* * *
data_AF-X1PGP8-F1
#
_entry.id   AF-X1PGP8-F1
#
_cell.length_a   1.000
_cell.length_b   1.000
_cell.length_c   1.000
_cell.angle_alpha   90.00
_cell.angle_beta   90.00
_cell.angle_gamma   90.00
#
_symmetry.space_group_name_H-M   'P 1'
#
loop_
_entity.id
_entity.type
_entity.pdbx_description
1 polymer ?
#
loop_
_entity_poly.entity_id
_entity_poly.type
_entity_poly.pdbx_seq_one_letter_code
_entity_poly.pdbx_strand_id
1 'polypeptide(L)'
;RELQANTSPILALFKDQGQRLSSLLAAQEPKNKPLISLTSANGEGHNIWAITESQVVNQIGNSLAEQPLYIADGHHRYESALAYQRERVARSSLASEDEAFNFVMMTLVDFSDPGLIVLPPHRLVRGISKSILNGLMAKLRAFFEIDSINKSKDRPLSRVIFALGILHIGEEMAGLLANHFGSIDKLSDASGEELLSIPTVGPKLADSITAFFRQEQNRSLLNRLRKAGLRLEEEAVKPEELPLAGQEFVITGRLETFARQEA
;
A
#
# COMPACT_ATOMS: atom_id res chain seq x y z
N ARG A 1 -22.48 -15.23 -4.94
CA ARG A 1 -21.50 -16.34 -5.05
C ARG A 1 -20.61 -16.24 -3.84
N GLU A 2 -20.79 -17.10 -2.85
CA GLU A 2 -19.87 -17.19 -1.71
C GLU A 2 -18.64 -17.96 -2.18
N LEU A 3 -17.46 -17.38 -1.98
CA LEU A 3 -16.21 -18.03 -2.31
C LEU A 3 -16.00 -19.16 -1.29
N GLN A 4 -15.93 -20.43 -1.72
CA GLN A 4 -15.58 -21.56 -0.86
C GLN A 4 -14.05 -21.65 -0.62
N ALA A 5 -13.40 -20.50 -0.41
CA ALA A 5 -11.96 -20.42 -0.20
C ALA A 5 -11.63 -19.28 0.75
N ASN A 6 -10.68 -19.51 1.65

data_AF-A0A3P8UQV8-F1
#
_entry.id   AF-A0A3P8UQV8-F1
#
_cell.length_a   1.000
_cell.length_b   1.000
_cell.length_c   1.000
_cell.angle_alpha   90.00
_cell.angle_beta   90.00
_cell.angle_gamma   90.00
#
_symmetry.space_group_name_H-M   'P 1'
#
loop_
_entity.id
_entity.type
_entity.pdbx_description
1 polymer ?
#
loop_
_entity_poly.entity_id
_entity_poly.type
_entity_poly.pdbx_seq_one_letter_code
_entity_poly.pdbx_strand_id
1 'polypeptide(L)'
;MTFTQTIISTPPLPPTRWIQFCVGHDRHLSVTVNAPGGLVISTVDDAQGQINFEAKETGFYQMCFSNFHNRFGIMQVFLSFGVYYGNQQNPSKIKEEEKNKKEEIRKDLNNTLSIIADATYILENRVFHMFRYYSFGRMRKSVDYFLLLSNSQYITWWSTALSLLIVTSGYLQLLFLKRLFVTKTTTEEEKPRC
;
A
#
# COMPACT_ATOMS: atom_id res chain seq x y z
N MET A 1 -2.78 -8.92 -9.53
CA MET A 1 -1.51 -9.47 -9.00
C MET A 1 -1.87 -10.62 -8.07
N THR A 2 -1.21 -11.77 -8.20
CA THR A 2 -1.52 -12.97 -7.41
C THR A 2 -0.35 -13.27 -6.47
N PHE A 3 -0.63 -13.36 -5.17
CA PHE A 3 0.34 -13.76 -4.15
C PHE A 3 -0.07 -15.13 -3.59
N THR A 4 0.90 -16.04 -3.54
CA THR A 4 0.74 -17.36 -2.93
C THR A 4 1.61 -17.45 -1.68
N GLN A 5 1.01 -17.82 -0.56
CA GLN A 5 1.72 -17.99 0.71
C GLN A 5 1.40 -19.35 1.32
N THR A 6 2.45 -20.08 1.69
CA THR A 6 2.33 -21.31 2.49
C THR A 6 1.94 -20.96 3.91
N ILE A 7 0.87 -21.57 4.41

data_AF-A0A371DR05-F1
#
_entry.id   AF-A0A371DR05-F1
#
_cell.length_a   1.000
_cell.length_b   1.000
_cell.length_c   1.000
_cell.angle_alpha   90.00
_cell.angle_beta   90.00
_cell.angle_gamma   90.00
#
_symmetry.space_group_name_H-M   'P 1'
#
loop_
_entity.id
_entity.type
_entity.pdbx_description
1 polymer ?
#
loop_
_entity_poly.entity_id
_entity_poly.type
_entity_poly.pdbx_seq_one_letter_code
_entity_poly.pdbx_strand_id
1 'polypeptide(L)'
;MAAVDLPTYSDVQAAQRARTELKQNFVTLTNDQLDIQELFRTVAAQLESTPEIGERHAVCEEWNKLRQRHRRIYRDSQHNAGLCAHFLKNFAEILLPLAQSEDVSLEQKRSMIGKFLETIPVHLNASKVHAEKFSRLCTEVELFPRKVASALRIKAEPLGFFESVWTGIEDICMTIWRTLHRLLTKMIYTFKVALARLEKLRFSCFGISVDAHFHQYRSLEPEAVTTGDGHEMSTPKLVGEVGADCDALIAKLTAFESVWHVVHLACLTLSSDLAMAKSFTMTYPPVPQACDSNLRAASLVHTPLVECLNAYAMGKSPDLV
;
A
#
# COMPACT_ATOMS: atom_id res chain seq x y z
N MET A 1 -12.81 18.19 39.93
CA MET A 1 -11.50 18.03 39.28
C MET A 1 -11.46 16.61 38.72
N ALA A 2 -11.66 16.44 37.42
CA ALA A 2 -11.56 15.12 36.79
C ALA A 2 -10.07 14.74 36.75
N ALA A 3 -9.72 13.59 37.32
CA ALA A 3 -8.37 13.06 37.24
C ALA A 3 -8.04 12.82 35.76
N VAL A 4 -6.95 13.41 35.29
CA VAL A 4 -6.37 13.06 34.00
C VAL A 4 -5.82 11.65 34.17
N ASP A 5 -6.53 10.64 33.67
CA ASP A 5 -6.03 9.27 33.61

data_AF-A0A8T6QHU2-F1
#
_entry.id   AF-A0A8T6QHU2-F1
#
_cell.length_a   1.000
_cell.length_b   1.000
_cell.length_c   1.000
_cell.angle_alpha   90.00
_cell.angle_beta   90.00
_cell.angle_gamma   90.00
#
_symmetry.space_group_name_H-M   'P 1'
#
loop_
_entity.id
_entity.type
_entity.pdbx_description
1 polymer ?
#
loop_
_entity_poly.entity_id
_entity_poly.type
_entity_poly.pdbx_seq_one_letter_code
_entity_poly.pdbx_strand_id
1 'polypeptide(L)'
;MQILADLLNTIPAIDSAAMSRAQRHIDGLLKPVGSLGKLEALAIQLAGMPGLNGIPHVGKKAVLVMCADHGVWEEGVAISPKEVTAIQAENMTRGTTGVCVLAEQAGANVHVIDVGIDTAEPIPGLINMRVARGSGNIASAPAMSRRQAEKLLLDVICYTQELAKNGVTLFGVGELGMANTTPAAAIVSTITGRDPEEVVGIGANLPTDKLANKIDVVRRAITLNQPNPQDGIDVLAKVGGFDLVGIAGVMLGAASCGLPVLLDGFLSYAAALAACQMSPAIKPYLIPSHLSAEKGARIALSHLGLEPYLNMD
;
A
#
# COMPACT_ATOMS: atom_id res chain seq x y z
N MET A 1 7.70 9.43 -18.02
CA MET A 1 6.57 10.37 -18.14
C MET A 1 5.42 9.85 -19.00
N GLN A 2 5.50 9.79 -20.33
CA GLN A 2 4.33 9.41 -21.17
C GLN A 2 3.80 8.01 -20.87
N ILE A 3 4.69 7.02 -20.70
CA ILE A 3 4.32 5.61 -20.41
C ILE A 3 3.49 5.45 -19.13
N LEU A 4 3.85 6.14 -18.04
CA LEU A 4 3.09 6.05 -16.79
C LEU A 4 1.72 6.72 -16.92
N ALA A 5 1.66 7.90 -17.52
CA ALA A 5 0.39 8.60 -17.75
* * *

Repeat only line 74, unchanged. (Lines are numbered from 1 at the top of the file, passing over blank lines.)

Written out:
A